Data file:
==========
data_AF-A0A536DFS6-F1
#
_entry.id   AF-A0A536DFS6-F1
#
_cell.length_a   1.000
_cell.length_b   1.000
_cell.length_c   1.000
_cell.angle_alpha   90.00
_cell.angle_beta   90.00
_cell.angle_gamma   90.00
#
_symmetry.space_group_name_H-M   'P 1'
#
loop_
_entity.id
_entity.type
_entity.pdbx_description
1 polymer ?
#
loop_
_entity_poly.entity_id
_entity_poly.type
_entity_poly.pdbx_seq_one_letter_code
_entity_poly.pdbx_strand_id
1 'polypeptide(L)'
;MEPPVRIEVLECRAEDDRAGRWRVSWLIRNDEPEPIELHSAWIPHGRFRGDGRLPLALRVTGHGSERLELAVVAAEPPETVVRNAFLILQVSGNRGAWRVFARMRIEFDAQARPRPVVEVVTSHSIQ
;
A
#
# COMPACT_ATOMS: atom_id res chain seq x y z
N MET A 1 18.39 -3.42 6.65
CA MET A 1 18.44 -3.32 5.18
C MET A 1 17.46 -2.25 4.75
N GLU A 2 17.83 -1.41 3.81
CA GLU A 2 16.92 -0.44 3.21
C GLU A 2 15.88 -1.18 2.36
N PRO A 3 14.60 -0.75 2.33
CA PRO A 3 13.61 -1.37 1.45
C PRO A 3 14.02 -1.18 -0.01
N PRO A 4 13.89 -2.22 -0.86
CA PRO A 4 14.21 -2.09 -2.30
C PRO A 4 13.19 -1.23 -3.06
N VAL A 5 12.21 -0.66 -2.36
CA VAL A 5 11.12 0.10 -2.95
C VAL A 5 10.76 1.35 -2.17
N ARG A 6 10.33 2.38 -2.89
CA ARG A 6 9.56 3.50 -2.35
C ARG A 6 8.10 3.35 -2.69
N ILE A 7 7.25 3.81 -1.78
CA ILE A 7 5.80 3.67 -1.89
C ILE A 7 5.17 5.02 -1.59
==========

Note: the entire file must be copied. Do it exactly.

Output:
data_AF-A0A536DFS6-F1
#
_entry.id   AF-A0A536DFS6-F1
#
_cell.length_a   1.000
_cell.length_b   1.000
_cell.length_c   1.000
_cell.angle_alpha   90.00
_cell.angle_beta   90.00
_cell.angle_gamma   90.00
#
_symmetry.space_group_name_H-M   'P 1'
#
loop_
_entity.id
_entity.type
_entity.pdbx_description
1 polymer ?
#
loop_
_entity_poly.entity_id
_entity_poly.type
_entity_poly.pdbx_seq_one_letter_code
_entity_poly.pdbx_strand_id
1 'polypeptide(L)'
;MEPPVRIEVLECRAEDDRAGRWRVSWLIRNDEPEPIELHSAWIPHGRFRGDGRLPLALRVTGHGSERLELAVVAAEPPETVVRNAFLILQVSGNRGAWRVFARMRIEFDAQARPRPVVEVVTSHSIQ
;
A
#
# COMPACT_ATOMS: atom_id res chain seq x y z
N MET A 1 18.39 -3.42 6.65
CA MET A 1 18.44 -3.32 5.18
C MET A 1 17.46 -2.25 4.75
N GLU A 2 17.83 -1.41 3.81
CA GLU A 2 16.92 -0.44 3.21
C GLU A 2 15.88 -1.18 2.36
N PRO A 3 14.60 -0.75 2.33
CA PRO A 3 13.61 -1.37 1.45
C PRO A 3 14.02 -1.18 -0.01
N PRO A 4 13.89 -2.22 -0.86
CA PRO A 4 14.21 -2.09 -2.30
C PRO A 4 13.19 -1.23 -3.06
N VAL A 5 12.21 -0.66 -2.36
CA VAL A 5 11.12 0.10 -2.95
C VAL A 5 10.76 1.35 -2.17
N ARG A 6 10.33 2.38 -2.89
CA ARG A 6 9.56 3.50 -2.35
C ARG A 6 8.10 3.35 -2.69
N ILE A 7 7.25 3.81 -1.78
CA ILE A 7 5.80 3.67 -1.89
C ILE A 7 5.17 5.02 -1.59